The sweet smell of resin fills the air. Drawers full of propeller concepts, cable arrays, batteries and tools line workbenches. Stacked to the side is the fruit of 10 years of work: the world’s best motorised surfboard, built, backed and ridden by Aussies. It’s not just going to change the surfing world forever, it’s going to save lives too. Come with us on a hands-on tour of the revolutionary Power Board.
This week, thanks to AHM Insurance, Gizmodo Australia is travelling around the country to find the best adventure rides invented and influenced by Aussies. From foldable boats to water jetpacks: we’ve got it all.
Chris Preston (pictured top) is the inventor of the Power Board (powerboard1.com), and like most inventions, it was born out of necessity.
A builder by trade, fisherman and surfer for pleasure, Chris has had a pretty good run in life, but when he blew out his knee after years on the job, he knew the dream was starting to crumble. Pile on a shoulder reconstruction only months after the knee operation and Chris had a shocking realisation: his dream of surfing had been taken away.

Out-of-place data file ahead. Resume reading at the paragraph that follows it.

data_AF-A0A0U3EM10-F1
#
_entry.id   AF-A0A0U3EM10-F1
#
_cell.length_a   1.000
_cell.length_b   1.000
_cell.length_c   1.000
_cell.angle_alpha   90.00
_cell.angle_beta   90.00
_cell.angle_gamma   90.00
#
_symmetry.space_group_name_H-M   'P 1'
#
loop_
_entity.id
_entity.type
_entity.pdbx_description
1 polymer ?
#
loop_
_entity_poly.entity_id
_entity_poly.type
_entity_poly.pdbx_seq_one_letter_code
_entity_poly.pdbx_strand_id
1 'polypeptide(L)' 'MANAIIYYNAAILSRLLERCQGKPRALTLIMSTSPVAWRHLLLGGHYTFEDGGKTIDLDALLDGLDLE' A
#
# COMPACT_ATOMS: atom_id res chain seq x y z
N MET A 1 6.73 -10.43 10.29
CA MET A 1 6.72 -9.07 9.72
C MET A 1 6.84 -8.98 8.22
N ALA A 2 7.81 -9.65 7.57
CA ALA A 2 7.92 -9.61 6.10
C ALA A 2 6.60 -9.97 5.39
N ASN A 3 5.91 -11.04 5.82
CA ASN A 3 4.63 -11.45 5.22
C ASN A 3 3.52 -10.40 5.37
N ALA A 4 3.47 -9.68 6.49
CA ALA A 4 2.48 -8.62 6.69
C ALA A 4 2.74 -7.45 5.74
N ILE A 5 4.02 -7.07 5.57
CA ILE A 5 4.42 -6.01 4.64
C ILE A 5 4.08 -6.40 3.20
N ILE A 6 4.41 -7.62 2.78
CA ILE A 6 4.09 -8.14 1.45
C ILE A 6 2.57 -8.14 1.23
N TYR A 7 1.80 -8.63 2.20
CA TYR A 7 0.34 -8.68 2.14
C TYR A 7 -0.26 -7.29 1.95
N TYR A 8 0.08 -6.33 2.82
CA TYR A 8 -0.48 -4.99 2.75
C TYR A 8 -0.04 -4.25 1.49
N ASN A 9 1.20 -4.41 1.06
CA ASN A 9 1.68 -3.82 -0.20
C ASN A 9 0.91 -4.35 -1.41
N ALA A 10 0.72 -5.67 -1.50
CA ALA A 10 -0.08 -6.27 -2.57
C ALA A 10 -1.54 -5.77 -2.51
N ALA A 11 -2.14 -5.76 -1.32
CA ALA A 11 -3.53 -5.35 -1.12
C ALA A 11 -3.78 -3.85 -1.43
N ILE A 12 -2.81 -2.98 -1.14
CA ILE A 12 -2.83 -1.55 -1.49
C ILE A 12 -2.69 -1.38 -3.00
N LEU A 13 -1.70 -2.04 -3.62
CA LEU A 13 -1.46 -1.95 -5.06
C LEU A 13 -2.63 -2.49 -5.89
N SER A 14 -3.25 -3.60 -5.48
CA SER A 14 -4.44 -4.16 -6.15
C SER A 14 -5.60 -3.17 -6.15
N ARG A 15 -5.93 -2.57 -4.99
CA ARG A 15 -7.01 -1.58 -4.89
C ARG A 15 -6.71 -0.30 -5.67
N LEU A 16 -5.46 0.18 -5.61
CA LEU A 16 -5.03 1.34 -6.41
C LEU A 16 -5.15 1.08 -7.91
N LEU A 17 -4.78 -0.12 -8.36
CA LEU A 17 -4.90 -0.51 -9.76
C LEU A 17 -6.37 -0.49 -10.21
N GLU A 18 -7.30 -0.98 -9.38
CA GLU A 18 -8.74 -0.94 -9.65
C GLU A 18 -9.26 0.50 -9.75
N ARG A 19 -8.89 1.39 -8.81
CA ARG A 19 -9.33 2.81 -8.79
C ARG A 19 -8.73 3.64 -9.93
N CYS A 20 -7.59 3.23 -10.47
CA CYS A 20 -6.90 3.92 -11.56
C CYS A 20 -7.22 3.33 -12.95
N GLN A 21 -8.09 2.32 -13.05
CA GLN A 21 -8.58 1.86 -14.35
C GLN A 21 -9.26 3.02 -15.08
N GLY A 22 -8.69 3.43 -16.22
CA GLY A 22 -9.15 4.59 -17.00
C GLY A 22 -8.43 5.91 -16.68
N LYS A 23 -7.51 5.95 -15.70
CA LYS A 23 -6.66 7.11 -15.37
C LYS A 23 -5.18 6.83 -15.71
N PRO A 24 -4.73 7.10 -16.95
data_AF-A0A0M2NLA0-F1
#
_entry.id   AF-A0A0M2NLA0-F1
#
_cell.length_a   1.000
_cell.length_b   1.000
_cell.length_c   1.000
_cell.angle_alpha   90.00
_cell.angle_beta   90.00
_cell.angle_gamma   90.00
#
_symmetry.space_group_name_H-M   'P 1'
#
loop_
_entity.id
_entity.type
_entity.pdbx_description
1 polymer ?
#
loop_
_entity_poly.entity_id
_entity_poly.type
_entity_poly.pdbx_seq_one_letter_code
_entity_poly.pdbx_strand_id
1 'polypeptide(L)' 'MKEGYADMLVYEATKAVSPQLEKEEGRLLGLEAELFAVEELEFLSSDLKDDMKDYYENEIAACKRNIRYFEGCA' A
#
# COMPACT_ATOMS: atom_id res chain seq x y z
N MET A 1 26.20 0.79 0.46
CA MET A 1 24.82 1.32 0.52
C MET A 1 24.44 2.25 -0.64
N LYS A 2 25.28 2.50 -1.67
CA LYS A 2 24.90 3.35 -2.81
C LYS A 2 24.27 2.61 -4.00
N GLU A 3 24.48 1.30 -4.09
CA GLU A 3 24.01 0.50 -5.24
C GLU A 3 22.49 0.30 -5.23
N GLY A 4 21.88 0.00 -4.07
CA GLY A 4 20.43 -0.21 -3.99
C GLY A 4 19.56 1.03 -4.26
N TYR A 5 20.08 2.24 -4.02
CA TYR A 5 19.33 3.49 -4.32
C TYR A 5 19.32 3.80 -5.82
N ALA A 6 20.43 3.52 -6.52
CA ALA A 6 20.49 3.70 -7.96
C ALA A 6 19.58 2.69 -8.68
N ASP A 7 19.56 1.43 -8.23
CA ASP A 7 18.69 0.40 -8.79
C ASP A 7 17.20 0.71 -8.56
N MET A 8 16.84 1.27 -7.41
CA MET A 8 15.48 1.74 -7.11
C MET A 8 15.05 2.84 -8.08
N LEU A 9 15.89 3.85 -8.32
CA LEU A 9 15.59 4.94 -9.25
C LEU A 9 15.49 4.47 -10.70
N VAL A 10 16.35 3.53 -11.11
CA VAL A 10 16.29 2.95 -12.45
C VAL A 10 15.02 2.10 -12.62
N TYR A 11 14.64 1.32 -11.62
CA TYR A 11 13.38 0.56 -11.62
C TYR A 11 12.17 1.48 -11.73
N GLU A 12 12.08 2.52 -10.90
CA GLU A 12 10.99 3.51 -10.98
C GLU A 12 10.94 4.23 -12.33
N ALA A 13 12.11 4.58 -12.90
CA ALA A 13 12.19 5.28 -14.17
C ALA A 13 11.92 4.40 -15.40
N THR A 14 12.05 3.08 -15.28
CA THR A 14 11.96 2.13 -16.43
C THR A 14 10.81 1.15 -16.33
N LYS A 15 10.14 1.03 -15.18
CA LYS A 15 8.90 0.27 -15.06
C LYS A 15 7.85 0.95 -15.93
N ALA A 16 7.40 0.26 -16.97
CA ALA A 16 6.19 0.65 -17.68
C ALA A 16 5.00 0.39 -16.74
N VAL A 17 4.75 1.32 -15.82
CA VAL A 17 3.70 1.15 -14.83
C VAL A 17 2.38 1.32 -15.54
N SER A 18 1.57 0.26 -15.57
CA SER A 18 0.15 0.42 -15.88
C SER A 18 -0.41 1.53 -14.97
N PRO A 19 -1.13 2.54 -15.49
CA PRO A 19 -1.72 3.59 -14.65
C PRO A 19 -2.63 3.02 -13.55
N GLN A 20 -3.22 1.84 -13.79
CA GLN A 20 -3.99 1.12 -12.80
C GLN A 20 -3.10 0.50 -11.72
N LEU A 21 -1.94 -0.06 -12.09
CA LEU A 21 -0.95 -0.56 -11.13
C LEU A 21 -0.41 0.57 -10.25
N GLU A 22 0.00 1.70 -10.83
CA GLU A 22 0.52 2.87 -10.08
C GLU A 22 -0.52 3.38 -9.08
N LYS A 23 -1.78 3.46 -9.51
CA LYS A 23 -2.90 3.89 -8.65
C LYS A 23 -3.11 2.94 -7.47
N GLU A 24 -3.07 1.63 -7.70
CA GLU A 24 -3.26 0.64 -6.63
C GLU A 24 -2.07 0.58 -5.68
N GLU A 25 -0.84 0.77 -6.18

Thanks to the surgery, Chris could no longer jump onto a board and muster up the strength to paddle out beyond the fierce waves that make for great surf in order to ride them back into shore. No duck-diving, no wave riding, no surfing. The mind was willing, the body unable.
[related title=”Gizmodo Adventure Rides” tag=”adventure-rides” items=”5″]Refusing to accept defeat, Chris came up with an idea that would spawn a decade-long quest to build the perfect surfboard. One that would allow those who had been taken out of the water to surf once more. The Power Board was born.
The Power Board is a surfboard with a motor hidden inside the board itself with and propellor stashed inside one of the fins for perfect propulsion in the water and on a wave. Rather than being controlled by a wrist-worn remote like some powered surfboards, Chris devised an ingenious soft button that he concealed inside a Power Board that would be activated whenever the rider laid flat on the board itself.
It’s also situated in such a way that when you stand up and ride the sweet tubes you can tread on the button for an extra boost of thrust out of a rapidly-closing barrel. It runs almost silent in the water, lasts for ages and charges faster than any of the competition’s solutions. Plus, it’s 100 per cent Australian-owned, built and backed.
Chris works out of a garage-style factory shop outside of Maroochydore in Queensland. He used to live and work in Sydney, but when he needed surgery, he packed up and moved up north for a quieter life building his dream board.
He tells us that when he started, he was clueless.
“I had a guy teach me electronics at first, and now he works for me. There isn’t anything I can’t do with electric surfboards now,” he says.